BAHG: Back-Bone-Assisted Hop Greedy Routing for VANET’s City Environments

BAHG: Back-Bone-Assisted Hop Greedy Routing for VANET’s City Environments


Using advanced wireless local area network technologies, vehicular ad hoc networks (VANETs) have become viable and valuable for their wide variety of novel applications, such as road safety, multimedia content sharing, commerce on wheels, etc. Multihop information dissemination in VANETs is constrained by the high mobility of vehicles and the frequent disconnections. Currently, geographic routing protocols are widely adopted for VANETs as they do not require route construction and route maintenance phases. Again, with connectivity awareness, they perform well in terms of reliable delivery. To obtain destination position, some protocols use flooding, which can be detrimental in city environments? Further, in the case of sparse and void regions, frequent use of the recovery strategy elevates hop count. Some geographic routing protocols adopt the minimum weighted algorithm based on distance or connectivity to select intermediate intersections. However, the shortest path or the path with higher connectivity may include numerous intermediate intersections. As a result, these protocols yield routing paths with higher hop count. In this paper, we propose a hop greedy routing scheme that yields a routing path with the minimum number of intermediate intersection nodes while taking connectivity into consideration. Moreover, we introduce back-bone nodes that play a key role in providing connectivity status around an intersection. Apart from this, by tracking the movement of source as well as destination, the back-bone nodes enable a packet to be forwarded in the changed direction. Simulation results signify the benefits of the proposed routing strategy in terms of high packet delivery ratio and shorter end-to-end delay.


In a city network, intersections place a unique challenge to routing protocols. A routing protocol has to key on some parameters to decide the routing path. When the routing path is the shortest distance path, it may involve a very high number of change of directions, resulting in higher hop counts. If the connectivity is chosen as the parameter, the most connected road segment would be overcrowded by frequently routing data packets through the same path.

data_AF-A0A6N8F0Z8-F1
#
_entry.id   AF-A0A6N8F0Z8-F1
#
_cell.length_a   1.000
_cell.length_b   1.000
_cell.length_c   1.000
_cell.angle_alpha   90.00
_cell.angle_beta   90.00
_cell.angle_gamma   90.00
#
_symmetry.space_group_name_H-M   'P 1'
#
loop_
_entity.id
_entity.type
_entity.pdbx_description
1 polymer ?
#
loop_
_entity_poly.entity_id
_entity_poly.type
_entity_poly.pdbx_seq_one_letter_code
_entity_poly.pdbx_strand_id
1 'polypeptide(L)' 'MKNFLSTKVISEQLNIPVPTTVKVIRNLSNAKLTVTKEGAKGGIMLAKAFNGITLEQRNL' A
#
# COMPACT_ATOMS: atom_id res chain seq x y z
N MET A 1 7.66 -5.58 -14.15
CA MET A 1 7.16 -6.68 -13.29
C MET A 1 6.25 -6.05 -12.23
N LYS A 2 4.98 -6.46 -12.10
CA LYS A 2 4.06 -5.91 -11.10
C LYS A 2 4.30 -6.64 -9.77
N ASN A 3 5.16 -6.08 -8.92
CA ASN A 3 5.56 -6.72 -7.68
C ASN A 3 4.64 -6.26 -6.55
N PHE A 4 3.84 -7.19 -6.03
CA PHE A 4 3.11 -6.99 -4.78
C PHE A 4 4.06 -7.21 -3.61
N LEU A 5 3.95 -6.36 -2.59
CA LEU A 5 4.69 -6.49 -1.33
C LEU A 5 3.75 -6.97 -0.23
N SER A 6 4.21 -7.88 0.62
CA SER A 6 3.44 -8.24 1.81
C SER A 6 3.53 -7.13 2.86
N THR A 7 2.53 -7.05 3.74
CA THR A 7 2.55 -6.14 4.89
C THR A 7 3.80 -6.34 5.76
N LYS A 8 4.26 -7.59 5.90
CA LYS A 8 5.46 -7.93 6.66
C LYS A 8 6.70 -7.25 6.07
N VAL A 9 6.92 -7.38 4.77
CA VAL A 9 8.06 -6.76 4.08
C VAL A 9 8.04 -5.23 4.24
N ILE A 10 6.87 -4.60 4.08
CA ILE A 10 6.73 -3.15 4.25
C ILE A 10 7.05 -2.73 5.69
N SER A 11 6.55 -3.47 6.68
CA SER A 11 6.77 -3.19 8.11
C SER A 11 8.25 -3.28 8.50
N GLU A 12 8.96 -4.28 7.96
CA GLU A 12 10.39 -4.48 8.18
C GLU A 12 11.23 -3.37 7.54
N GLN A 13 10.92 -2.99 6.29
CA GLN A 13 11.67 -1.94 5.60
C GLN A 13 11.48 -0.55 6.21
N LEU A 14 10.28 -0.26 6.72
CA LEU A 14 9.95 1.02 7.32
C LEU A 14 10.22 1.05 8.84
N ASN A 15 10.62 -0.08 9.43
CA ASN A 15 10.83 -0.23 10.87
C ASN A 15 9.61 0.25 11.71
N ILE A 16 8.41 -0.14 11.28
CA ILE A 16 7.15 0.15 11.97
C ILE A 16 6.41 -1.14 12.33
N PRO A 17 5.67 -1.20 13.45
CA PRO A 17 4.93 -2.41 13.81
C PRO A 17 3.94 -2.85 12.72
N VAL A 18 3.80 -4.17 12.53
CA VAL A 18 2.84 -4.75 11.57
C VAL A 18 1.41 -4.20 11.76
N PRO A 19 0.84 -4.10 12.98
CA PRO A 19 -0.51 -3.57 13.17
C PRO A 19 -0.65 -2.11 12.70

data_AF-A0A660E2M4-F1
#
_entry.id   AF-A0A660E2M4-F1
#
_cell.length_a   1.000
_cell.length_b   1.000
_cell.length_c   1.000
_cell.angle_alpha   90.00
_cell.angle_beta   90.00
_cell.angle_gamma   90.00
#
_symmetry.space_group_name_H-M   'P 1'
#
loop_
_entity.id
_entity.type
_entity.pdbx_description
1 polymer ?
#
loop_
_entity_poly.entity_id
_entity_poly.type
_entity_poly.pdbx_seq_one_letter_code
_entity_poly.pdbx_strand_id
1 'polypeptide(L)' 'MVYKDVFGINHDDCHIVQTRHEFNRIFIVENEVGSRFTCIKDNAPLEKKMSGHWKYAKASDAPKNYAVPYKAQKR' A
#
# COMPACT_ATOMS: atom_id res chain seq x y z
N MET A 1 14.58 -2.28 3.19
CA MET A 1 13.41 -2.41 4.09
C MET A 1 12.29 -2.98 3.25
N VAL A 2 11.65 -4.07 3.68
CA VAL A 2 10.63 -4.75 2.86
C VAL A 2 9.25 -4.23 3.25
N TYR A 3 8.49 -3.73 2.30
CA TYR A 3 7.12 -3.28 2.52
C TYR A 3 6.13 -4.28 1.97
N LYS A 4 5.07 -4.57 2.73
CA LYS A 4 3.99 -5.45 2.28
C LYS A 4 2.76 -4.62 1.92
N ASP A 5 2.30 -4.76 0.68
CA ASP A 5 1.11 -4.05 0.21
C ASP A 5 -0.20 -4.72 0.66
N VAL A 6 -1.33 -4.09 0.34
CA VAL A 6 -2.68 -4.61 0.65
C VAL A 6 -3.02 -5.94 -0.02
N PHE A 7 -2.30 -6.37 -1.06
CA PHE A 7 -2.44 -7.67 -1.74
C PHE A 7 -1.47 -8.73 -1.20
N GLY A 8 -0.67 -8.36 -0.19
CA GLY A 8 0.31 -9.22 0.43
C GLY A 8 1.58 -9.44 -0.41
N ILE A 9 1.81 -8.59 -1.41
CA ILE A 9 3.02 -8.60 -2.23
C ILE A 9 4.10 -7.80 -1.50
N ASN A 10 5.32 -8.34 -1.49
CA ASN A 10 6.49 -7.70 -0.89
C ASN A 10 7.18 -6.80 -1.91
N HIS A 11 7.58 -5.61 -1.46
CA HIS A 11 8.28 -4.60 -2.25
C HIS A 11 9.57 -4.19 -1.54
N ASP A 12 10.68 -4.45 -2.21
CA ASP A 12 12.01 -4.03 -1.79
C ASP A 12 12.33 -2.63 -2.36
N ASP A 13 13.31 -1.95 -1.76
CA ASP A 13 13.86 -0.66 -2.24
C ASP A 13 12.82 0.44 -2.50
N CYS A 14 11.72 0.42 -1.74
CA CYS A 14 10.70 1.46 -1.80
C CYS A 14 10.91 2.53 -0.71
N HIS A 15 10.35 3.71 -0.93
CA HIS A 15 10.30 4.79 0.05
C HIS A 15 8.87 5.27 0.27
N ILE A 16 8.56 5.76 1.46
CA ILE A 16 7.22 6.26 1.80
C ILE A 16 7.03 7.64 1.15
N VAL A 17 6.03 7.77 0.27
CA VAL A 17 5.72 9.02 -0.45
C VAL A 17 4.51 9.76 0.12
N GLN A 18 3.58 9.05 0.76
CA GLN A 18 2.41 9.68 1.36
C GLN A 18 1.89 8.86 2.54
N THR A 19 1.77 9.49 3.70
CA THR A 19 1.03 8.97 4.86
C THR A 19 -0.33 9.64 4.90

Apparently, the multi constrained optimal path finding problems are known to be NP-hard problems.

    The issues in a city network would not be exactly the same as in a highway or in a delay torrent network. The outskirts may have sparse vehicular density, whereas downtown has to deal with vehicular congestion.



In this paper, we introduce a back-bone mechanism in which some specialized nodes perform functions such as tracking the movement of end nodes, detecting void regions on road segments, storing packets on unavailability of forwarding nodes, and selecting the most suitable intersection node as the forwarding node. Since the routing algorithm selects a path using destination position, we employ a unicast request-reply-based destination probing mechanism. To implement this approach, we divide the city into many zones that are outlined by the multilane road structures. Some dense intersections (identified as the meeting point of multiple road segments) on the boundary of the zones are chosen as the boundary intersections. As the position of each boundary intersection is known, the unicast request messages initiated by the source can be easily sent to each boundary intersection. The back-bone nodes stationed at boundary intersections then take the responsibility to spread the request messages within the respective zones. The fact that unicast packets do not provide burst traffic and is shielded by request to send/clear to send (RTS/CTS) handshake is the basic motivation to adopt unicast to carry out all control packet transmissions. Once the destination receives the request message, it finds a suitable path to the source and sends the reply. On receiving the reply message, the source forwards data on a routing path computed by the hop greedy routing algorithm. Finally, the routing protocol includes an update mechanism that takes care of inter-zone movement of end nodes.


ü We have explored crucial problems such as unreliable location service, intersection node probing problem, etc., experienced by VANET routing protocols.

ü We then propose a hop greedy routing protocol that aims to reduce the end-to-end delay by yielding a routing path that includes the minimum number of intermediate intersections.

ü To address connectivity issues such as void regions and unavailability of forwarders, the concept of back-bone node is introduced.

ü We also propose an update procedure that is very effective to deal with destination movements.



ü Processor             –        Pentium –III

ü Speed                             –         1.1 Ghz

ü RAM                    –        256 MB(min)

ü Hard Disk            –        20 GB

ü Key Board            –        Standard Windows Keyboard

ü Mouse                  –        Two or Three Button Mouse

ü Monitor                –        SVGA


v   Operating System          : LINUX

v   Tool                               : Network Simulator-2

v   Front End                      : OTCL (Object Oriented Tool Command  Language)



Pratap Kumar Sahu, Eric Hsiao-Kuang Wu,Member, IEEE, Jagruti Sahoo, and Mario Gerla “BAHG: Back-Bone-Assisted Hop Greedy Routing for VANET’s City Environments”- IEEE TRANSACTIONS ON INTELLIGENT TRANSPORTATION SYSTEMS, VOL. 14, NO. 1, MARCH2013.


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